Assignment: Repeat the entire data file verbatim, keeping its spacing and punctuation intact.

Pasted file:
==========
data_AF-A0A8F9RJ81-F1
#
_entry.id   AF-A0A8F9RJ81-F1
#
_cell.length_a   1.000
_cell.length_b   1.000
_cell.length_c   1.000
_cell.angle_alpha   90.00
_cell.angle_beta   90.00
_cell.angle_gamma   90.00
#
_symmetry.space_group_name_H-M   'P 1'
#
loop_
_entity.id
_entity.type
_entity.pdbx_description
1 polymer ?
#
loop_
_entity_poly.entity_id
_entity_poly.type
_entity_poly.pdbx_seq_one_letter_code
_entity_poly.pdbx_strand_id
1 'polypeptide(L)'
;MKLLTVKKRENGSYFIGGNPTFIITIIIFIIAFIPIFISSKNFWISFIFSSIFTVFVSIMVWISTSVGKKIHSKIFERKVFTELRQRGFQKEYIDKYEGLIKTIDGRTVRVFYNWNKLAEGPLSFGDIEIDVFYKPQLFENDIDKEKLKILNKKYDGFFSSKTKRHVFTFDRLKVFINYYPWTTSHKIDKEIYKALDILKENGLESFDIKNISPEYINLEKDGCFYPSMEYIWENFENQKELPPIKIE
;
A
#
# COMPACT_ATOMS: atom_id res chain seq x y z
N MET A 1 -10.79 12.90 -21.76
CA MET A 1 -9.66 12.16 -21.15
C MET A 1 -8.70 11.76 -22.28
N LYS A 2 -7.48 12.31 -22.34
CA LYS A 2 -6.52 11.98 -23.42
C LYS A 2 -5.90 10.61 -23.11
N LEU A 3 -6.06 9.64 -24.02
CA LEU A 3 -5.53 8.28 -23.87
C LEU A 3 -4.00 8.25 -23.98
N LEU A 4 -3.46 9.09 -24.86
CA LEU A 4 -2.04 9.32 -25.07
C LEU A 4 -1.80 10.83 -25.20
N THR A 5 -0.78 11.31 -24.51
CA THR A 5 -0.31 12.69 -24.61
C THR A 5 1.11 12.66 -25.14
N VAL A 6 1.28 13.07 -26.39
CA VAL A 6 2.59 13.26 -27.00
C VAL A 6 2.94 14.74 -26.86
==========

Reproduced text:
data_AF-A0A8F9RJ81-F1
#
_entry.id   AF-A0A8F9RJ81-F1
#
_cell.length_a   1.000
_cell.length_b   1.000
_cell.length_c   1.000
_cell.angle_alpha   90.00
_cell.angle_beta   90.00
_cell.angle_gamma   90.00
#
_symmetry.space_group_name_H-M   'P 1'
#
loop_
_entity.id
_entity.type
_entity.pdbx_description
1 polymer ?
#
loop_
_entity_poly.entity_id
_entity_poly.type
_entity_poly.pdbx_seq_one_letter_code
_entity_poly.pdbx_strand_id
1 'polypeptide(L)'
;MKLLTVKKRENGSYFIGGNPTFIITIIIFIIAFIPIFISSKNFWISFIFSSIFTVFVSIMVWISTSVGKKIHSKIFERKVFTELRQRGFQKEYIDKYEGLIKTIDGRTVRVFYNWNKLAEGPLSFGDIEIDVFYKPQLFENDIDKEKLKILNKKYDGFFSSKTKRHVFTFDRLKVFINYYPWTTSHKIDKEIYKALDILKENGLESFDIKNISPEYINLEKDGCFYPSMEYIWENFENQKELPPIKIE
;
A
#
# COMPACT_ATOMS: atom_id res chain seq x y z
N MET A 1 -10.79 12.90 -21.76
CA MET A 1 -9.66 12.16 -21.15
C MET A 1 -8.70 11.76 -22.28
N LYS A 2 -7.48 12.31 -22.34
CA LYS A 2 -6.52 11.98 -23.42
C LYS A 2 -5.90 10.61 -23.11
N LEU A 3 -6.06 9.64 -24.02
CA LEU A 3 -5.53 8.28 -23.87
C LEU A 3 -4.00 8.25 -23.98
N LEU A 4 -3.46 9.09 -24.86
CA LEU A 4 -2.04 9.32 -25.07
C LEU A 4 -1.80 10.83 -25.20
N THR A 5 -0.78 11.31 -24.51
CA THR A 5 -0.31 12.69 -24.61
C THR A 5 1.11 12.66 -25.14
N VAL A 6 1.28 13.07 -26.39
CA VAL A 6 2.59 13.26 -27.00
C VAL A 6 2.94 14.74 -26.86